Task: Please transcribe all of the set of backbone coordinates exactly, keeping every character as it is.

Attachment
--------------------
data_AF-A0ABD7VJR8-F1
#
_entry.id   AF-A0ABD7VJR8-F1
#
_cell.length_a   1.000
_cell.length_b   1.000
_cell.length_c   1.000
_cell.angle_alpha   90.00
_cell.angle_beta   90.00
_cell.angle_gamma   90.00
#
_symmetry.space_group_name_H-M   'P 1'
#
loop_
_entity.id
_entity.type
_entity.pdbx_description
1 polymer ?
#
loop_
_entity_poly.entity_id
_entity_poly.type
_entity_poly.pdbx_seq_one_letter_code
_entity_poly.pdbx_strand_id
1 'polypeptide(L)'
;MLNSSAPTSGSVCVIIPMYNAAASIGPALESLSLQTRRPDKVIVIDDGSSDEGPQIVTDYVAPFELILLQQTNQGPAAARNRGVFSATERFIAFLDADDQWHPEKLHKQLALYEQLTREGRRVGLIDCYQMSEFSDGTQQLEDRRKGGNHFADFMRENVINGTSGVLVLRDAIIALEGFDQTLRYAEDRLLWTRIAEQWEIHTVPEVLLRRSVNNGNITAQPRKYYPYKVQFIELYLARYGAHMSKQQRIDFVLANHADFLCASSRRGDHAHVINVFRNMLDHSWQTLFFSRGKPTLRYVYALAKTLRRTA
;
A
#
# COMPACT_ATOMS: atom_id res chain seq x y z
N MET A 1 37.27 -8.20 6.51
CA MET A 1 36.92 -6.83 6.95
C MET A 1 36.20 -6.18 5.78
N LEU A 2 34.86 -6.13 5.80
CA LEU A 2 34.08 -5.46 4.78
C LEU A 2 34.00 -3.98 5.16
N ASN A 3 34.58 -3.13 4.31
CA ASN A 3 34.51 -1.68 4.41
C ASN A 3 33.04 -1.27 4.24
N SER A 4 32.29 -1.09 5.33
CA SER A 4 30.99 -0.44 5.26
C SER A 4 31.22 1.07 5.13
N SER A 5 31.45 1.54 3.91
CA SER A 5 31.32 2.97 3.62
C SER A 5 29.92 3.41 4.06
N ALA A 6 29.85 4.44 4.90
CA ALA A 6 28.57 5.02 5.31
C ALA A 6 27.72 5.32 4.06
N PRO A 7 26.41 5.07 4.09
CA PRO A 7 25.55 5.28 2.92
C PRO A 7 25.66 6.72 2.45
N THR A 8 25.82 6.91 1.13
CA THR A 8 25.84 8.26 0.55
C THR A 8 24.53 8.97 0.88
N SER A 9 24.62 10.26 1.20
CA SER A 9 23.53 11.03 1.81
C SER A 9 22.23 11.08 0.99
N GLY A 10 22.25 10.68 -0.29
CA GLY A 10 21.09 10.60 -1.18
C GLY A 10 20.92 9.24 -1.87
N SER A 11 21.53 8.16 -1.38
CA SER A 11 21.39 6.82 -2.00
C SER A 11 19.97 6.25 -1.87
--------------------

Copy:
data_AF-A0ABD7VJR8-F1
#
_entry.id   AF-A0ABD7VJR8-F1
#
_cell.length_a   1.000
_cell.length_b   1.000
_cell.length_c   1.000
_cell.angle_alpha   90.00
_cell.angle_beta   90.00
_cell.angle_gamma   90.00
#
_symmetry.space_group_name_H-M   'P 1'
#
loop_
_entity.id
_entity.type
_entity.pdbx_description
1 polymer ?
#
loop_
_entity_poly.entity_id
_entity_poly.type
_entity_poly.pdbx_seq_one_letter_code
_entity_poly.pdbx_strand_id
1 'polypeptide(L)'
;MLNSSAPTSGSVCVIIPMYNAAASIGPALESLSLQTRRPDKVIVIDDGSSDEGPQIVTDYVAPFELILLQQTNQGPAAARNRGVFSATERFIAFLDADDQWHPEKLHKQLALYEQLTREGRRVGLIDCYQMSEFSDGTQQLEDRRKGGNHFADFMRENVINGTSGVLVLRDAIIALEGFDQTLRYAEDRLLWTRIAEQWEIHTVPEVLLRRSVNNGNITAQPRKYYPYKVQFIELYLARYGAHMSKQQRIDFVLANHADFLCASSRRGDHAHVINVFRNMLDHSWQTLFFSRGKPTLRYVYALAKTLRRTA
;
A
#
# COMPACT_ATOMS: atom_id res chain seq x y z
N MET A 1 37.27 -8.20 6.51
CA MET A 1 36.92 -6.83 6.95
C MET A 1 36.20 -6.18 5.78
N LEU A 2 34.86 -6.13 5.80
CA LEU A 2 34.08 -5.46 4.78
C LEU A 2 34.00 -3.98 5.16
N ASN A 3 34.58 -3.13 4.31
CA ASN A 3 34.51 -1.68 4.41
C ASN A 3 33.04 -1.27 4.24
N SER A 4 32.29 -1.09 5.33
CA SER A 4 30.99 -0.44 5.26
C SER A 4 31.22 1.07 5.13
N SER A 5 31.45 1.54 3.91
CA SER A 5 31.32 2.97 3.62
C SER A 5 29.92 3.41 4.06
N ALA A 6 29.85 4.44 4.90
CA ALA A 6 28.57 5.02 5.31
C ALA A 6 27.72 5.32 4.06
N PRO A 7 26.41 5.07 4.09
CA PRO A 7 25.55 5.28 2.92
C PRO A 7 25.66 6.72 2.45
N THR A 8 25.82 6.91 1.13
CA THR A 8 25.84 8.26 0.55
C THR A 8 24.53 8.97 0.88
N SER A 9 24.62 10.26 1.20
CA SER A 9 23.53 11.03 1.81
C SER A 9 22.23 11.08 0.99
N GLY A 10 22.25 10.68 -0.29
CA GLY A 10 21.09 10.60 -1.18
C GLY A 10 20.92 9.24 -1.87
N SER A 11 21.53 8.16 -1.38
CA SER A 11 21.39 6.82 -2.00
C SER A 11 19.97 6.25 -1.87